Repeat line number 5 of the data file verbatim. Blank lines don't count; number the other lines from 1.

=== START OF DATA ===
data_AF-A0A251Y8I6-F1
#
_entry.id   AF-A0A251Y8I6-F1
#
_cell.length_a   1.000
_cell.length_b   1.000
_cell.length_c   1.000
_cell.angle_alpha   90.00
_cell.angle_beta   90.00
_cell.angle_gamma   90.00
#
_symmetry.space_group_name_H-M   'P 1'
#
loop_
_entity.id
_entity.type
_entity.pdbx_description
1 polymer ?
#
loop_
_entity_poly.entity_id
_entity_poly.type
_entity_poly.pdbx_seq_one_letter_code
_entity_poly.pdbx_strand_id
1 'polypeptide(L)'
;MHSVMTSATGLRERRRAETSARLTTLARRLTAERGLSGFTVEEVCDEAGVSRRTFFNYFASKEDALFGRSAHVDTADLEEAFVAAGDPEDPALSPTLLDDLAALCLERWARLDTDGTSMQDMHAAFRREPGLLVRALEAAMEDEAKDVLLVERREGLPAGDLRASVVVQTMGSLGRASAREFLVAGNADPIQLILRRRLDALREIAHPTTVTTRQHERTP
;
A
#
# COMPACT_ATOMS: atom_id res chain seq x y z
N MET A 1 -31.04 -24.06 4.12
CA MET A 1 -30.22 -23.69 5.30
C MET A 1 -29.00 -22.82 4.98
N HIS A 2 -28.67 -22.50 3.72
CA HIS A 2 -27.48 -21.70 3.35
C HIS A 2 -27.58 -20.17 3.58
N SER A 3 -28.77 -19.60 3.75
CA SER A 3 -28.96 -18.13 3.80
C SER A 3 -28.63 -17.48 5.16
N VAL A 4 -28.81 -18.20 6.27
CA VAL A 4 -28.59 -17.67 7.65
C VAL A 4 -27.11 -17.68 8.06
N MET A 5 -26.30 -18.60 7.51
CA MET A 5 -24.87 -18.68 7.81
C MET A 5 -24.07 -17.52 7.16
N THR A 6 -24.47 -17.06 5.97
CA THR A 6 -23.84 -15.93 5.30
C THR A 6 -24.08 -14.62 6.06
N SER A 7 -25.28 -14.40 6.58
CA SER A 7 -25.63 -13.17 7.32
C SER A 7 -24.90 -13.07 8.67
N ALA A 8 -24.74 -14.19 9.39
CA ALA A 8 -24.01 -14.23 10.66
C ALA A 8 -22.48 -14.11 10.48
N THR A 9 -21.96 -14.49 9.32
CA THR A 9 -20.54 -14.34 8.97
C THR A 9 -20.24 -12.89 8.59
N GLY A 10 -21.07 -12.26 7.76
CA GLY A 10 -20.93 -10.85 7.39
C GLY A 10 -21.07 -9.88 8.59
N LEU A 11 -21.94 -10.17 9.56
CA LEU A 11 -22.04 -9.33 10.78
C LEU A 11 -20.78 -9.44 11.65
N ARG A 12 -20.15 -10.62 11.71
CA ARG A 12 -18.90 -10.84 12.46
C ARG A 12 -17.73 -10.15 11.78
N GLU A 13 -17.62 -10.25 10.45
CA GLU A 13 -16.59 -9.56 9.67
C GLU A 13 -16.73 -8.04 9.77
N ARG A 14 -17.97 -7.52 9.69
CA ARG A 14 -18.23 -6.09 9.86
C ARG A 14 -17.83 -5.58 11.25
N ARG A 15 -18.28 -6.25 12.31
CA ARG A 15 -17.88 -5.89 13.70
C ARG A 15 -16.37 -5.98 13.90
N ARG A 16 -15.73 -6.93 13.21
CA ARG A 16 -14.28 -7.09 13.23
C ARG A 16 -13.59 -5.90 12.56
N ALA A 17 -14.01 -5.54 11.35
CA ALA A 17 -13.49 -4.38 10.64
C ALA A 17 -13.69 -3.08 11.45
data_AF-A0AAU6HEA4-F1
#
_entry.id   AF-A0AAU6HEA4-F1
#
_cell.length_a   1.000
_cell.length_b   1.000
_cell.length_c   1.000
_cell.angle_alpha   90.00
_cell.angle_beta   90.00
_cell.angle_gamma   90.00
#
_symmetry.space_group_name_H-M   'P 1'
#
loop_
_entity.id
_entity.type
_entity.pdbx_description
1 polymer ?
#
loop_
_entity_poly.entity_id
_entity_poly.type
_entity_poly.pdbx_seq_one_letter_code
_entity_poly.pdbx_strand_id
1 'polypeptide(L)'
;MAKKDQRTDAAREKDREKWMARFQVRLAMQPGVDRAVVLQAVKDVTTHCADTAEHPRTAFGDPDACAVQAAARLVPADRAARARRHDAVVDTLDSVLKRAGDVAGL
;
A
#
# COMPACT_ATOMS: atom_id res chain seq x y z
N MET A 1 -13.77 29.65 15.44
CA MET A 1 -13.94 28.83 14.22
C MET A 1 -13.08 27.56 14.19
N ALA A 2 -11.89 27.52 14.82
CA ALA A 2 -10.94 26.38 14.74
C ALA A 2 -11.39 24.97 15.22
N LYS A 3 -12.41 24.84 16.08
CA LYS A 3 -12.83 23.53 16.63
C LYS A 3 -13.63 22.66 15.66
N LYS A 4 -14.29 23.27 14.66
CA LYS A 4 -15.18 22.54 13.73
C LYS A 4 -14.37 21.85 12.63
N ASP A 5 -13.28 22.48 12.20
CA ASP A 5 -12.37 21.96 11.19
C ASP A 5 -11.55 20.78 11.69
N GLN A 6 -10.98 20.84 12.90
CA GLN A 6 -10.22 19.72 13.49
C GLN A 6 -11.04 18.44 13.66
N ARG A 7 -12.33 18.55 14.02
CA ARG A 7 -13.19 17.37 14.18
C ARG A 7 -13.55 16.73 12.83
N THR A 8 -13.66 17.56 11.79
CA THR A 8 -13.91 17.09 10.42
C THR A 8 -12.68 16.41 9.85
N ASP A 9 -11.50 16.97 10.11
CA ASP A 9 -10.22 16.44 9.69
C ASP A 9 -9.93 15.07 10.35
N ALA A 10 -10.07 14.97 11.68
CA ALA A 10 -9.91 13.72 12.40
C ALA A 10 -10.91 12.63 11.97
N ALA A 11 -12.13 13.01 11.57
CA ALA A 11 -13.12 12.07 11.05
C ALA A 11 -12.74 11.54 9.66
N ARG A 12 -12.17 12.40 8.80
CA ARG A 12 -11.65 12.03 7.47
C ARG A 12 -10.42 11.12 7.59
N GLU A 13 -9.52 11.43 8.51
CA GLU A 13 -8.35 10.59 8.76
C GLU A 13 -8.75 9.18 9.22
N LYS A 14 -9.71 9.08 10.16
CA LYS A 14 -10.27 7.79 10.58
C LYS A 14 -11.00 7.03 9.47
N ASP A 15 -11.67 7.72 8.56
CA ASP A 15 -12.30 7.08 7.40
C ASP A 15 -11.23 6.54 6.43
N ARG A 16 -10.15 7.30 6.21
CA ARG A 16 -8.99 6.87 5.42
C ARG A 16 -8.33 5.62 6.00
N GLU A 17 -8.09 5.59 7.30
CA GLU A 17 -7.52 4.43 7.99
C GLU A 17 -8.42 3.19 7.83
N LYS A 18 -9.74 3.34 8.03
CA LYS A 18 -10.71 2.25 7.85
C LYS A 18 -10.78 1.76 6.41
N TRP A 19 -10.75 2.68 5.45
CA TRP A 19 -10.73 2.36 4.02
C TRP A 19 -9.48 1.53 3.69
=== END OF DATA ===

_cell.length_a   1.000